Leah Gunn Barrett suffers from a combination of ill-justified outrage and a lack of knowledge about the workings of democracy in the UK (Letters, 3 June). She admonishes Murdo Fraser for having won his seat through the D'Honte system and then lambasts the "first past the post" system, which is used quite happily in not only the UK, but the US too. I don't hear her complaining about the latter.
She says the UK has “minority rule” when the Tories have “unfettered power” with “one third of the popular vote”. Well, the SNP won in 2021 with only 30.67 per cent of the constituency vote and 26 per cent of the regional vote, including minors under 18! Would she like to see New York secede from the USA, just as she wants Scotland to leave the UK? If not, why not? It is no more or less unreasonable. Of course, last time US states seceded, there was civil war.Her justification for her myopic view of Scottish politics is that the Conservatives "destroyed a third of Scotland's manufacturing capacity", which is arrant nonsense. World economics, coupled with our 19th-century industries unable to compete with Japan, South Korea and Germany, helped that. Would she revive the coal industry?
She knows equally well that Scotland voted to remain part of the UK and the UK voted by completely democratic means to leave the EU, but the SNP want to tear Scotland out of the UK despite our democratic vote to remain.
John Fraser, Glasgow
Is Steve Hayes (Letters, 3 June) seriously trying to blame today's selfish society and feckless parenting on the English occultist Aleister Crowley due to what he said 120 years ago?
Crowley's quote actually reads “Do what thou wilt shall be the whole of the Law, Love under Will”. It was lifted from the 16th-century monk François Rabelais' satire The Life of Gargantua and of Pantagruel (arguably the first modern novel). Rebelais believed that a free society of the well educated (both academically and socially) would produce people of honour who were naturally driven to virtuous deeds.
Suffice to say, Crowley proved the idea wrong.Compare a Rabelasian society to today's – in which education is wilfully dumbed down and censored to suit the whims of secular inquisitions declaring all to be racist, transphobic or whatever other fashionable sin of “wrongthink” holds sway, and where “justice” by mobs of bullies has never held such sway since the witch crazes.Crowley may have been a nasty little boy who never quite grew up, but if we want to see who's to blame for today's society, we need only look into a mirror.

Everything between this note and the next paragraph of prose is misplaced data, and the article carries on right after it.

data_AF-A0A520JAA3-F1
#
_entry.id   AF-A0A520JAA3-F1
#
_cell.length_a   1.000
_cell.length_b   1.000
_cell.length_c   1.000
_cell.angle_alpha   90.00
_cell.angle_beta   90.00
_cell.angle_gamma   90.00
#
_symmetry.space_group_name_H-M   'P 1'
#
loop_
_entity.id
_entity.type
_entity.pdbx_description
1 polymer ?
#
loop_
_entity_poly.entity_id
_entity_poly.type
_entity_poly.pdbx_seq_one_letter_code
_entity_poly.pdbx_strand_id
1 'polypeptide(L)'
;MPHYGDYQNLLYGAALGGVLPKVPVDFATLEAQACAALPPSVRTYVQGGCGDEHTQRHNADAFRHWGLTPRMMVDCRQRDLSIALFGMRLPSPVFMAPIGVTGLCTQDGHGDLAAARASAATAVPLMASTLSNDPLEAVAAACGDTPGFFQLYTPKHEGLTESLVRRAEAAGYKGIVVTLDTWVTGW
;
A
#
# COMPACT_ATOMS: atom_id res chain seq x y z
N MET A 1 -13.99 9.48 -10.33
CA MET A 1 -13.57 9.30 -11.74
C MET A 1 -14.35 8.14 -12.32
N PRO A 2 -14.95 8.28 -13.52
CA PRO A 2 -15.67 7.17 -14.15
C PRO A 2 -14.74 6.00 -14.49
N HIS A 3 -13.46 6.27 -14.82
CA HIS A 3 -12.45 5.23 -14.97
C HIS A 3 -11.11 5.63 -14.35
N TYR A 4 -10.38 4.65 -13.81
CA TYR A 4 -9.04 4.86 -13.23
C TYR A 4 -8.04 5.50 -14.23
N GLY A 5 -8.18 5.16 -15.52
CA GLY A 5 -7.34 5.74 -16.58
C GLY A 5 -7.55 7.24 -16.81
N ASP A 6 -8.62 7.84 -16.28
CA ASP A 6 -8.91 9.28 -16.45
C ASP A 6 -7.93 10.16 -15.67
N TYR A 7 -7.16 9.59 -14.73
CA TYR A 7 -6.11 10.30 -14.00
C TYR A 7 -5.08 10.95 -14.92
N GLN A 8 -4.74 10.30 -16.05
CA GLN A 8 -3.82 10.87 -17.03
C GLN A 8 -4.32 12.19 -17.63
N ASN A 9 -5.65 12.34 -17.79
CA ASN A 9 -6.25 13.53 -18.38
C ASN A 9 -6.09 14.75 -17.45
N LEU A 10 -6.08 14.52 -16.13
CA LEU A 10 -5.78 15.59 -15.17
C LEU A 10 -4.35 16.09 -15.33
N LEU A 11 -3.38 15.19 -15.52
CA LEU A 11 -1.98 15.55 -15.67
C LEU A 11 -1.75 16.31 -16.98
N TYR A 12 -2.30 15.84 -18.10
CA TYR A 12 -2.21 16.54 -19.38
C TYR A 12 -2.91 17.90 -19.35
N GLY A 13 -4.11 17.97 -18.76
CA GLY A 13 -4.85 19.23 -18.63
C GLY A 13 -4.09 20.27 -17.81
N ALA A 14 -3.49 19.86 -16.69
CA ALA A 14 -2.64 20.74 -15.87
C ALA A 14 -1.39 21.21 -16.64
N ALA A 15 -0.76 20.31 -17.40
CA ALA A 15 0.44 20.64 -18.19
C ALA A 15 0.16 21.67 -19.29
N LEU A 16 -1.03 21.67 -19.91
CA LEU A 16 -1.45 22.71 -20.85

Mark Boyle, Johnstone, Renfrewshire
I have learned that churches, mosques, temples and synagogues can now apply for Scottish Government grants to install security measures against hate crime.
This is a good thing as nobody should have to fear attack for any reason.
I assume that these grants will also be available to LGBT drop-in venues, cafes and bars, women’s protection and reproductive health institutions and information centres for immigrant minorities?
Neil Barber, Edinburgh Secular Society, Edinburgh
Andrew Gray (Letters 3 May) repeats the disgraceful Better Together campaign lie of 2014 that the miserly UK state pension, which is the lowest in the developed world as a percentage of final earnings, was under threat from independence. Anyone who has paid National Insurance will get their UK pension after independence just as happens now with people who moved to Spain, Ireland or Australia and this was confirmed by the DWP during the 2014 campaign. The UK can afford better pensions and can afford to end pensioner poverty. The UK government has a policy of keeping state pensions low so that people are forced to pay into private pensions, boosting the pensions fund sector and the City of London. However, not everyone can afford to do that. The poorer sections of society – those who are disabled, sick and unable to work, who have been made redundant and have experienced unemployment – can’t pay into large private pensions and therefore have to make do with the worst state pension in Western Europe.
The Scottish Government already pays for the occupational pensions of public sector workers and if Norway, Denmark, Finland and Ireland can all afford to pay better pensions than the UK, then so can Scotland.
Mary Thomas, Edinburgh
It is perhaps necessary to remind the public that there is no such word in English as “necessery". Our First Minister is one of the worst offenders as she mispronounces the word repeatedly and compounds her error by stressing the second "e".
(Dr) A McCormick, Terregles, Dumfries & Galloway